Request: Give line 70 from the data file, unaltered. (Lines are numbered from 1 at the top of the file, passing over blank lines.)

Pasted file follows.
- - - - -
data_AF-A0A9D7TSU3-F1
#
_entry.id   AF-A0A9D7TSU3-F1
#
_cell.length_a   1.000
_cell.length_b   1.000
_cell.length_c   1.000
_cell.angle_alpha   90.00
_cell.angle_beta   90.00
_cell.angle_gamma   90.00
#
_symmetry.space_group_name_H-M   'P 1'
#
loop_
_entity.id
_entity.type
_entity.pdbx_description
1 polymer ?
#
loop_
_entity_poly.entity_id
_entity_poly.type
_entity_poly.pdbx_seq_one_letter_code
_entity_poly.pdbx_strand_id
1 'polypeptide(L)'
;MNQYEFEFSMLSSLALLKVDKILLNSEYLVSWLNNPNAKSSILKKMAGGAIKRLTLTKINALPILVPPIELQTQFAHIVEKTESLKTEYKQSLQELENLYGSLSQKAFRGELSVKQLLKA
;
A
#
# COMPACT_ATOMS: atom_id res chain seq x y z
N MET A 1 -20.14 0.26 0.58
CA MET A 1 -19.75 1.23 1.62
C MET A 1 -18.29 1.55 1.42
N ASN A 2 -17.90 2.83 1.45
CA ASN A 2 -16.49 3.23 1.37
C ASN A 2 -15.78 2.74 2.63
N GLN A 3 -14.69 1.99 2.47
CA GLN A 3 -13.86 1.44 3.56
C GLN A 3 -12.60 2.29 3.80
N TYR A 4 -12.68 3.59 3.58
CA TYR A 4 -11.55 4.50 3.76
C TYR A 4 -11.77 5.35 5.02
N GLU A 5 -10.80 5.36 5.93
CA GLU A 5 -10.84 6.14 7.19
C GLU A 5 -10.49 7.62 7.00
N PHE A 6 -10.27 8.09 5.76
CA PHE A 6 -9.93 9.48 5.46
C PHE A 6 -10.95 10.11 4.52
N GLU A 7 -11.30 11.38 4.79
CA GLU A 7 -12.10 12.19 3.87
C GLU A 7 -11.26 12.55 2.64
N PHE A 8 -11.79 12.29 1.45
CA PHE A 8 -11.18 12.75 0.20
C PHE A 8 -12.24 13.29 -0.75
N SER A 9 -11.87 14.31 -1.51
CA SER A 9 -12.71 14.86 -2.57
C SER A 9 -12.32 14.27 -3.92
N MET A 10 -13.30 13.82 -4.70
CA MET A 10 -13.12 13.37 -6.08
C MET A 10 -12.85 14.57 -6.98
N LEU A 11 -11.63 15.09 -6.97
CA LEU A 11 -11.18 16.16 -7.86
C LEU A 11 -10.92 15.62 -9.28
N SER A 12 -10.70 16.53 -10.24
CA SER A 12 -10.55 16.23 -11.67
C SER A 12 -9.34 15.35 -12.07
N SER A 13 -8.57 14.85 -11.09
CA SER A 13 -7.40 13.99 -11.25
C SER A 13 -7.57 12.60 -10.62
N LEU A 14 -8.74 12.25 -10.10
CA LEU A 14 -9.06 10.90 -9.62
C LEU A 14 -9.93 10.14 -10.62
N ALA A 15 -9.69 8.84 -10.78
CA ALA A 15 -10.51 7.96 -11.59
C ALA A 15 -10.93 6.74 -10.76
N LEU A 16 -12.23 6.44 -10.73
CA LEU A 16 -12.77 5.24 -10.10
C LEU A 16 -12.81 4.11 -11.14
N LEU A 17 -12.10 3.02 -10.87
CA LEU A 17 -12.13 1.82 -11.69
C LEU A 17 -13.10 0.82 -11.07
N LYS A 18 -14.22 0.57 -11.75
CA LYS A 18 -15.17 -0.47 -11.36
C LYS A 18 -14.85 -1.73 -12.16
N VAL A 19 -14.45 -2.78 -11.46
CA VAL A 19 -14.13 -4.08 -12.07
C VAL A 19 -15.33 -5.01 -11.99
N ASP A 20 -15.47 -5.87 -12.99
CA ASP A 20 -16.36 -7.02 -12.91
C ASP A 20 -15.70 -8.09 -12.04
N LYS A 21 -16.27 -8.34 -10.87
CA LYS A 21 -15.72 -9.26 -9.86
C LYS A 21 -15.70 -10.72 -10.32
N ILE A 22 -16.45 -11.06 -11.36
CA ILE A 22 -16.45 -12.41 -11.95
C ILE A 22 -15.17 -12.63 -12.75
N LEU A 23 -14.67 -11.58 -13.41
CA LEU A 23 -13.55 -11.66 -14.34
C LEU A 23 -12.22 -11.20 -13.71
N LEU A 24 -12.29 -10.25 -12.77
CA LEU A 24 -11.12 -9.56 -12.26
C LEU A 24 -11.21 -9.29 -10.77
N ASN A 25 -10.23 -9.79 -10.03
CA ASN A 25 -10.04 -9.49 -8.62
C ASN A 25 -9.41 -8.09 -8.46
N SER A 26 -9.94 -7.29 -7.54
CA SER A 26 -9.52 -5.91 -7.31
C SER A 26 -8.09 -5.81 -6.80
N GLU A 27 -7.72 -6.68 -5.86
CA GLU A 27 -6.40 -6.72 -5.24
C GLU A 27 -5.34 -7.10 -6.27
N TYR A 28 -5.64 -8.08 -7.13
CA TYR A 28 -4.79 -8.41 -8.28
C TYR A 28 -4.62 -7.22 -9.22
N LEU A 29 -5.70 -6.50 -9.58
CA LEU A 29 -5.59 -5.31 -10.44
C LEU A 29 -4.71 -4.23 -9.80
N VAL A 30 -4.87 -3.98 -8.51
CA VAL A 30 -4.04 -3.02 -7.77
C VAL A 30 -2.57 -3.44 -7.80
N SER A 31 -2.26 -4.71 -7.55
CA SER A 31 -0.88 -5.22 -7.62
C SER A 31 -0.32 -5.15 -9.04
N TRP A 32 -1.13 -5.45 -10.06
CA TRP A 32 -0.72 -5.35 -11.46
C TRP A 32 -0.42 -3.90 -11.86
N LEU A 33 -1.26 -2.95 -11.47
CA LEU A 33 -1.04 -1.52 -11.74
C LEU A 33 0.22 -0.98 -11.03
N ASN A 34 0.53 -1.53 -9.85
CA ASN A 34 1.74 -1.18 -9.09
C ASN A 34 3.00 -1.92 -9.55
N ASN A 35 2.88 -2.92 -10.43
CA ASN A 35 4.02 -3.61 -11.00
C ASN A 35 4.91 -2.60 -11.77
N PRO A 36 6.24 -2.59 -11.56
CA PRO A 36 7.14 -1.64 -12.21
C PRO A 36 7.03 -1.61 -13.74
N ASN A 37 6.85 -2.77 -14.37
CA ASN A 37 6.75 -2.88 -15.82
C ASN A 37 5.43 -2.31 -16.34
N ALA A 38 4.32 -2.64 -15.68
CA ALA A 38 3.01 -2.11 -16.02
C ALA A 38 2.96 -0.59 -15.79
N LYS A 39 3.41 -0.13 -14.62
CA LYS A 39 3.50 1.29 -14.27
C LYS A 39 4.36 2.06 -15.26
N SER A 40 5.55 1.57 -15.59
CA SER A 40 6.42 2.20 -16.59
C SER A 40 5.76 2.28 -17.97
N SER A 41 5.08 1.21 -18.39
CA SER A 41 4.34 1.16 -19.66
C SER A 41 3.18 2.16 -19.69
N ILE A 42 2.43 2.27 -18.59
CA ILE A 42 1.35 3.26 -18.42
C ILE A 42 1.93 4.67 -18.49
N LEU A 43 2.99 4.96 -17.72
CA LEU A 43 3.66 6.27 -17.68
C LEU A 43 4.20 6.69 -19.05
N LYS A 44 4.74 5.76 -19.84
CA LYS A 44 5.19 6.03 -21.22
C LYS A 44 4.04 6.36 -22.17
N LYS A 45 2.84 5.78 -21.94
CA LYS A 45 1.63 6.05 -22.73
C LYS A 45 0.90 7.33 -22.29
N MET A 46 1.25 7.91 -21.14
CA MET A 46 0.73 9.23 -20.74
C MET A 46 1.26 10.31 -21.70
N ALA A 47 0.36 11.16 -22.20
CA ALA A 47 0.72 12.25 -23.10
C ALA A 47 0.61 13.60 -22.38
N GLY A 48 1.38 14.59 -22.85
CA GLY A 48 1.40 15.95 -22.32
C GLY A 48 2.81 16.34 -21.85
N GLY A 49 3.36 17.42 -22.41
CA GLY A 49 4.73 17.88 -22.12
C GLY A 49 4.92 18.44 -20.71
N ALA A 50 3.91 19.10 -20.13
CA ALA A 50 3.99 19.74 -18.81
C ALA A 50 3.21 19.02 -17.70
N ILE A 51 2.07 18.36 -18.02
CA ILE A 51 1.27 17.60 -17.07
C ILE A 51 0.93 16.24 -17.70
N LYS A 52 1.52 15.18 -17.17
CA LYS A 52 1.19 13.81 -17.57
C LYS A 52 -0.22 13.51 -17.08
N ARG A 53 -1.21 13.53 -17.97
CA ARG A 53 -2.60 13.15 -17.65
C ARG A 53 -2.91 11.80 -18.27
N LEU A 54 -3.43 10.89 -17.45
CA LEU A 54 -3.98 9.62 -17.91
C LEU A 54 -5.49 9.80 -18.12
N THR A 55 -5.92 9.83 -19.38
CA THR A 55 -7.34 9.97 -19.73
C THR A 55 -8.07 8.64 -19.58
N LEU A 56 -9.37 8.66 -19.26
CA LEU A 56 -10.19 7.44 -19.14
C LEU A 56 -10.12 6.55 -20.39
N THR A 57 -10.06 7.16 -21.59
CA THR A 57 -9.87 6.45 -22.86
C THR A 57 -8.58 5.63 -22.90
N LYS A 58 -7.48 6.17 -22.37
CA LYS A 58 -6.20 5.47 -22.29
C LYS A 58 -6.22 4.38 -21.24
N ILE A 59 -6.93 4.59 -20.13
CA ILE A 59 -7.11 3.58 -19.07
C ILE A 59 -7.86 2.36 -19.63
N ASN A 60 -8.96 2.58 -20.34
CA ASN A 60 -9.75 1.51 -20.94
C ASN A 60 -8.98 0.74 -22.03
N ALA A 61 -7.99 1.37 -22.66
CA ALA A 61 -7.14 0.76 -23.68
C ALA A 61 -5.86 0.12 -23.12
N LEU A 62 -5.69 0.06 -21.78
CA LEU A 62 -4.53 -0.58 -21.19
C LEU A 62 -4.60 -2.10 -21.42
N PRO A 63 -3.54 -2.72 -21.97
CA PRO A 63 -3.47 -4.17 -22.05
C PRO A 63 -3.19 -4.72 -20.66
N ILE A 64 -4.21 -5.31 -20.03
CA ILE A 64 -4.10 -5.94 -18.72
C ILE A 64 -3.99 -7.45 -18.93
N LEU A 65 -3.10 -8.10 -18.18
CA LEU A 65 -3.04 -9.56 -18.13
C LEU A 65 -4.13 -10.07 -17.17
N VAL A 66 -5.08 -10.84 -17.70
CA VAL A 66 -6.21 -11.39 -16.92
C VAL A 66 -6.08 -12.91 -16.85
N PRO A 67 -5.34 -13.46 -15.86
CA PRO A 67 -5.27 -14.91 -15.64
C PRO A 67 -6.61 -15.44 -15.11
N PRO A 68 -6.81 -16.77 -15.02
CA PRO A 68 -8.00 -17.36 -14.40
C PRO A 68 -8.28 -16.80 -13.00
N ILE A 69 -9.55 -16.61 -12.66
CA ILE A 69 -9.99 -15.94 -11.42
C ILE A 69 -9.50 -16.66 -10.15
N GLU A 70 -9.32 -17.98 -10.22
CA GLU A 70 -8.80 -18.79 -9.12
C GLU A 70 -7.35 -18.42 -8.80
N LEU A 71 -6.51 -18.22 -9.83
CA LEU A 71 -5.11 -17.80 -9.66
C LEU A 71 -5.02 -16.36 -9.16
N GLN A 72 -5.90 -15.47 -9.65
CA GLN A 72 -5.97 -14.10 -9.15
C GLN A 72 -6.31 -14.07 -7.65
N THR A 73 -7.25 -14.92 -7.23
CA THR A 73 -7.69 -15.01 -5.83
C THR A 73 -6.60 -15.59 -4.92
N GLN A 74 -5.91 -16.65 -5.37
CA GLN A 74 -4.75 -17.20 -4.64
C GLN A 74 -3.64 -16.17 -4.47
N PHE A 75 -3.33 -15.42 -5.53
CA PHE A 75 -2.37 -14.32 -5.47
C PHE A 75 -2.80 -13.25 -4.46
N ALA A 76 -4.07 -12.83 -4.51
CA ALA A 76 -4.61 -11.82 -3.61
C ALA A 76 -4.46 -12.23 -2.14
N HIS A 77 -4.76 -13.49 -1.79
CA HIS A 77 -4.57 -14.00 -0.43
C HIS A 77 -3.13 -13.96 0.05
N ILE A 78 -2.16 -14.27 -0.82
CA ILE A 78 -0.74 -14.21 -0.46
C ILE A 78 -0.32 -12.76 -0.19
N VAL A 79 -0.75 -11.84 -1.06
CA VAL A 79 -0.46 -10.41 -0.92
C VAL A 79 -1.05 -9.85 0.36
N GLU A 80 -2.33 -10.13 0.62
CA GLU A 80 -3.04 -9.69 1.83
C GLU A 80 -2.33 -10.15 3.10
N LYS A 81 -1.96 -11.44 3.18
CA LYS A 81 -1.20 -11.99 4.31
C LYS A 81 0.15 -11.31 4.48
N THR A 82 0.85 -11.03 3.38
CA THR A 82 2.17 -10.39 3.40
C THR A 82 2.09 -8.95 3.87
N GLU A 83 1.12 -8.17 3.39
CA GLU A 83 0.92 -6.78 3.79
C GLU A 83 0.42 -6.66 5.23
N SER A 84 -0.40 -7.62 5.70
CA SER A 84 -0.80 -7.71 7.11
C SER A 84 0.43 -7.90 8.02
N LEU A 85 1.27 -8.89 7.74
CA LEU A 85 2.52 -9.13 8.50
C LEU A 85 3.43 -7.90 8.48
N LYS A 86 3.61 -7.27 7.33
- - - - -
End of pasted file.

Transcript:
N LEU A 14 -8.74 12.25 -10.10